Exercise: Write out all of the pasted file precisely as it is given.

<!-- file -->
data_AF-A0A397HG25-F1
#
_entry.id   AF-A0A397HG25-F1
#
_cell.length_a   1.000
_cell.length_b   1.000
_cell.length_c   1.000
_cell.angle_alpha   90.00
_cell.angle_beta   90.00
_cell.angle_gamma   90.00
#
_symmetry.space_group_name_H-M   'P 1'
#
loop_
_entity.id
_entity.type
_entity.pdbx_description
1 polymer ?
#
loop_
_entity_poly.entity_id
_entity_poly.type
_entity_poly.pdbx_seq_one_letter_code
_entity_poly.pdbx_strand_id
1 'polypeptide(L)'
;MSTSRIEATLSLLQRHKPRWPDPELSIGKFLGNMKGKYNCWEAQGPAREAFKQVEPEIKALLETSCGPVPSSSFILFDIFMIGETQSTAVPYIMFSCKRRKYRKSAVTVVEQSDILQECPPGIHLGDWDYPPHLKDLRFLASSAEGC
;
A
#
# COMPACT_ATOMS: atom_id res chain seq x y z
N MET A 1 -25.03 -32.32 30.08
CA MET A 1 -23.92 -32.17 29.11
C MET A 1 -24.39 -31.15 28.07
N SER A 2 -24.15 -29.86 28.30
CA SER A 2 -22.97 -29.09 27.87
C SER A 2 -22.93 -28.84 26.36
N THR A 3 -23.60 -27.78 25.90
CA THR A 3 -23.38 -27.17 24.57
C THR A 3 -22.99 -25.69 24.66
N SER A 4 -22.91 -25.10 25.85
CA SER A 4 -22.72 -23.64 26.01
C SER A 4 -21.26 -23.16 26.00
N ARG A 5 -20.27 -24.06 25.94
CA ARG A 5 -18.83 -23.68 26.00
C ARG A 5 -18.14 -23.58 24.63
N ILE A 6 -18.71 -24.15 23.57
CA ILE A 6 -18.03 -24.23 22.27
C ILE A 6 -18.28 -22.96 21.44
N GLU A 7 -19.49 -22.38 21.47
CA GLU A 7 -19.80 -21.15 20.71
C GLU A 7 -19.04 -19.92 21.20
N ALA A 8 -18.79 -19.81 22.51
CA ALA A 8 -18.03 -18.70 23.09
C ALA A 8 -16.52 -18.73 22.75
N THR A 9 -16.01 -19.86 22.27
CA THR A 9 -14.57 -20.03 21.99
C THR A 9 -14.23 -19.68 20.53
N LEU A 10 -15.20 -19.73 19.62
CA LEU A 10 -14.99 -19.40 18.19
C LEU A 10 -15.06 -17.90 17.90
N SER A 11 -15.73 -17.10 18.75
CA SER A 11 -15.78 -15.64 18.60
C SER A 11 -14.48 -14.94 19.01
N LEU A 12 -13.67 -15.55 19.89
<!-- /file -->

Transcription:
data_AF-A0A397HG25-F1
#
_entry.id   AF-A0A397HG25-F1
#
_cell.length_a   1.000
_cell.length_b   1.000
_cell.length_c   1.000
_cell.angle_alpha   90.00
_cell.angle_beta   90.00
_cell.angle_gamma   90.00
#
_symmetry.space_group_name_H-M   'P 1'
#
loop_
_entity.id
_entity.type
_entity.pdbx_description
1 polymer ?
#
loop_
_entity_poly.entity_id
_entity_poly.type
_entity_poly.pdbx_seq_one_letter_code
_entity_poly.pdbx_strand_id
1 'polypeptide(L)'
;MSTSRIEATLSLLQRHKPRWPDPELSIGKFLGNMKGKYNCWEAQGPAREAFKQVEPEIKALLETSCGPVPSSSFILFDIFMIGETQSTAVPYIMFSCKRRKYRKSAVTVVEQSDILQECPPGIHLGDWDYPPHLKDLRFLASSAEGC
;
A
#
# COMPACT_ATOMS: atom_id res chain seq x y z
N MET A 1 -25.03 -32.32 30.08
CA MET A 1 -23.92 -32.17 29.11
C MET A 1 -24.39 -31.15 28.07
N SER A 2 -24.15 -29.86 28.30
CA SER A 2 -22.97 -29.09 27.87
C SER A 2 -22.93 -28.84 26.36
N THR A 3 -23.60 -27.78 25.90
CA THR A 3 -23.38 -27.17 24.57
C THR A 3 -22.99 -25.69 24.66
N SER A 4 -22.91 -25.10 25.85
CA SER A 4 -22.72 -23.64 26.01
C SER A 4 -21.26 -23.16 26.00
N ARG A 5 -20.27 -24.06 25.94
CA ARG A 5 -18.83 -23.68 26.00
C ARG A 5 -18.14 -23.58 24.63
N ILE A 6 -18.71 -24.15 23.57
CA ILE A 6 -18.03 -24.23 22.27
C ILE A 6 -18.28 -22.96 21.44
N GLU A 7 -19.49 -22.38 21.47
CA GLU A 7 -19.80 -21.15 20.71
C GLU A 7 -19.04 -19.92 21.20
N ALA A 8 -18.79 -19.81 22.51
CA ALA A 8 -18.03 -18.70 23.09
C ALA A 8 -16.52 -18.73 22.75
N THR A 9 -16.01 -19.86 22.27
CA THR A 9 -14.57 -20.03 21.99
C THR A 9 -14.23 -19.68 20.53
N LEU A 10 -15.20 -19.73 19.62
CA LEU A 10 -14.99 -19.40 18.19
C LEU A 10 -15.06 -17.90 17.90
N SER A 11 -15.73 -17.10 18.75
CA SER A 11 -15.78 -15.64 18.60
C SER A 11 -14.48 -14.94 19.01
N LEU A 12 -13.67 -15.55 19.89